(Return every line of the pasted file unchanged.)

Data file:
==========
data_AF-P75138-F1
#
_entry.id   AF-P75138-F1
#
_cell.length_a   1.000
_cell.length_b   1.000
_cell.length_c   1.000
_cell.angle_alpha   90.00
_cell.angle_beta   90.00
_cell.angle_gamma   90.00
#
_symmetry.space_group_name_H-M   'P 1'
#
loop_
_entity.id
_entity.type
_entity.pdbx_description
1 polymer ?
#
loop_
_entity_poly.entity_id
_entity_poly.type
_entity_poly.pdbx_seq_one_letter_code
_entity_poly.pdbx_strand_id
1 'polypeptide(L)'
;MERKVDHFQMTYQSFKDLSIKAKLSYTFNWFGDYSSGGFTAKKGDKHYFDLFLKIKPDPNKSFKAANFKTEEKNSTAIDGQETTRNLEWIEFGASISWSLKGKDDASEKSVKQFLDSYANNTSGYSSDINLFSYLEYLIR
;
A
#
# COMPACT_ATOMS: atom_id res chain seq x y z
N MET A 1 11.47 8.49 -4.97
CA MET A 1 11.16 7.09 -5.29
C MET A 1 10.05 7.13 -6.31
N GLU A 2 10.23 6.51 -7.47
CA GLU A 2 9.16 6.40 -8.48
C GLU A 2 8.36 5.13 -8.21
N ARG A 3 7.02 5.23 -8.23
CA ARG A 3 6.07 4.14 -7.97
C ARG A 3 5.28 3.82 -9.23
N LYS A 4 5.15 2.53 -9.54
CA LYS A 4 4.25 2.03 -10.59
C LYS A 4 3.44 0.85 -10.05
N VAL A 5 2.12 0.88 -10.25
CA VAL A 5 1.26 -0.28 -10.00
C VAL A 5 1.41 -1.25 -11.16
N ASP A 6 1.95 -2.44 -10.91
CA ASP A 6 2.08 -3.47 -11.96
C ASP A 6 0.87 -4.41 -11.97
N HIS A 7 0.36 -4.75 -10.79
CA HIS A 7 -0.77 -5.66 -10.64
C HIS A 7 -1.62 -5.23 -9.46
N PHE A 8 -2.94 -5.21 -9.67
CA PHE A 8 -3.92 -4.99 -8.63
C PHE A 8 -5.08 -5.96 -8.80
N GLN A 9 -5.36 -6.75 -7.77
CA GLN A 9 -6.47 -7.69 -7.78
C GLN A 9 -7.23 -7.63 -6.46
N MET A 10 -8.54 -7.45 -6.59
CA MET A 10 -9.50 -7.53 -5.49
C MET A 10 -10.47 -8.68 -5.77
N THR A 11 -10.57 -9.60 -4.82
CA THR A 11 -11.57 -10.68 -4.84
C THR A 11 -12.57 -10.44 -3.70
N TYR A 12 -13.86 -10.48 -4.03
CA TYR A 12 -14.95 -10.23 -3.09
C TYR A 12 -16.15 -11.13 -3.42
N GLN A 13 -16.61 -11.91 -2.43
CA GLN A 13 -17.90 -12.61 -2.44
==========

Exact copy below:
data_AF-P75138-F1
#
_entry.id   AF-P75138-F1
#
_cell.length_a   1.000
_cell.length_b   1.000
_cell.length_c   1.000
_cell.angle_alpha   90.00
_cell.angle_beta   90.00
_cell.angle_gamma   90.00
#
_symmetry.space_group_name_H-M   'P 1'
#
loop_
_entity.id
_entity.type
_entity.pdbx_description
1 polymer ?
#
loop_
_entity_poly.entity_id
_entity_poly.type
_entity_poly.pdbx_seq_one_letter_code
_entity_poly.pdbx_strand_id
1 'polypeptide(L)'
;MERKVDHFQMTYQSFKDLSIKAKLSYTFNWFGDYSSGGFTAKKGDKHYFDLFLKIKPDPNKSFKAANFKTEEKNSTAIDGQETTRNLEWIEFGASISWSLKGKDDASEKSVKQFLDSYANNTSGYSSDINLFSYLEYLIR
;
A
#
# COMPACT_ATOMS: atom_id res chain seq x y z
N MET A 1 11.47 8.49 -4.97
CA MET A 1 11.16 7.09 -5.29
C MET A 1 10.05 7.13 -6.31
N GLU A 2 10.23 6.51 -7.47
CA GLU A 2 9.16 6.40 -8.48
C GLU A 2 8.36 5.13 -8.21
N ARG A 3 7.02 5.23 -8.23
CA ARG A 3 6.07 4.14 -7.97
C ARG A 3 5.28 3.82 -9.23
N LYS A 4 5.15 2.53 -9.54
CA LYS A 4 4.25 2.03 -10.59
C LYS A 4 3.44 0.85 -10.05
N VAL A 5 2.12 0.88 -10.25
CA VAL A 5 1.26 -0.28 -10.00
C VAL A 5 1.41 -1.25 -11.16
N ASP A 6 1.95 -2.44 -10.91
CA ASP A 6 2.08 -3.47 -11.96
C ASP A 6 0.87 -4.41 -11.97
N HIS A 7 0.36 -4.75 -10.79
CA HIS A 7 -0.77 -5.66 -10.64
C HIS A 7 -1.62 -5.23 -9.46
N PHE A 8 -2.94 -5.21 -9.67
CA PHE A 8 -3.92 -4.99 -8.63
C PHE A 8 -5.08 -5.96 -8.80
N GLN A 9 -5.36 -6.75 -7.77
CA GLN A 9 -6.47 -7.69 -7.78
C GLN A 9 -7.23 -7.63 -6.46
N MET A 10 -8.54 -7.45 -6.59
CA MET A 10 -9.50 -7.53 -5.49
C MET A 10 -10.47 -8.68 -5.77
N THR A 11 -10.57 -9.60 -4.82
CA THR A 11 -11.57 -10.68 -4.84
C THR A 11 -12.57 -10.44 -3.70
N TYR A 12 -13.86 -10.48 -4.03
CA TYR A 12 -14.95 -10.23 -3.09
C TYR A 12 -16.15 -11.13 -3.42
N GLN A 13 -16.61 -11.91 -2.43
CA GLN A 13 -17.90 -12.61 -2.44